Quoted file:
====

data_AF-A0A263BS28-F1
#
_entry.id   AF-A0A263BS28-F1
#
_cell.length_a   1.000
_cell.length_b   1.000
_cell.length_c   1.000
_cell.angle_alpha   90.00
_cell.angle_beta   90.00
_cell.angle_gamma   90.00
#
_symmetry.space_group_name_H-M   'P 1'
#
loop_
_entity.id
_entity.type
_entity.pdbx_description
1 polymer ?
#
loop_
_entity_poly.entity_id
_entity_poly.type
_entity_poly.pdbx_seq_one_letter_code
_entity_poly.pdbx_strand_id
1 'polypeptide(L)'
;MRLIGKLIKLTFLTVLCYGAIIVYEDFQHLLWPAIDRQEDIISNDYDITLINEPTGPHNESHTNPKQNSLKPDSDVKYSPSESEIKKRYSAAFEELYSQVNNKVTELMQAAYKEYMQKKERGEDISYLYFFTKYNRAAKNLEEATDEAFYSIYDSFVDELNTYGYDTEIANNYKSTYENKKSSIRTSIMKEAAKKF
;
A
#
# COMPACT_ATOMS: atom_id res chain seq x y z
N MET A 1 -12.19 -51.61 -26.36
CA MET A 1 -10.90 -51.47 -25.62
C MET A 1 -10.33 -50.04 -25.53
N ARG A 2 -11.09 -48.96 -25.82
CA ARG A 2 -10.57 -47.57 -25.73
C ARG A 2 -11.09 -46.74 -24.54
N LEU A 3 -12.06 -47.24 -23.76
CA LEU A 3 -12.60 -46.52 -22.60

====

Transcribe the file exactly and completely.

data_AF-A0A263BS28-F1
#
_entry.id   AF-A0A263BS28-F1
#
_cell.length_a   1.000
_cell.length_b   1.000
_cell.length_c   1.000
_cell.angle_alpha   90.00
_cell.angle_beta   90.00
_cell.angle_gamma   90.00
#
_symmetry.space_group_name_H-M   'P 1'
#
loop_
_entity.id
_entity.type
_entity.pdbx_description
1 polymer ?
#
loop_
_entity_poly.entity_id
_entity_poly.type
_entity_poly.pdbx_seq_one_letter_code
_entity_poly.pdbx_strand_id
1 'polypeptide(L)'
;MRLIGKLIKLTFLTVLCYGAIIVYEDFQHLLWPAIDRQEDIISNDYDITLINEPTGPHNESHTNPKQNSLKPDSDVKYSPSESEIKKRYSAAFEELYSQVNNKVTELMQAAYKEYMQKKERGEDISYLYFFTKYNRAAKNLEEATDEAFYSIYDSFVDELNTYGYDTEIANNYKSTYENKKSSIRTSIMKEAAKKF
;
A
#
# COMPACT_ATOMS: atom_id res chain seq x y z
N MET A 1 -12.19 -51.61 -26.36
CA MET A 1 -10.90 -51.47 -25.62
C MET A 1 -10.33 -50.04 -25.53
N ARG A 2 -11.09 -48.96 -25.82
CA ARG A 2 -10.57 -47.57 -25.73
C ARG A 2 -11.09 -46.74 -24.54
N LEU A 3 -12.06 -47.24 -23.76
CA LEU A 3 -12.60 -46.52 -22.60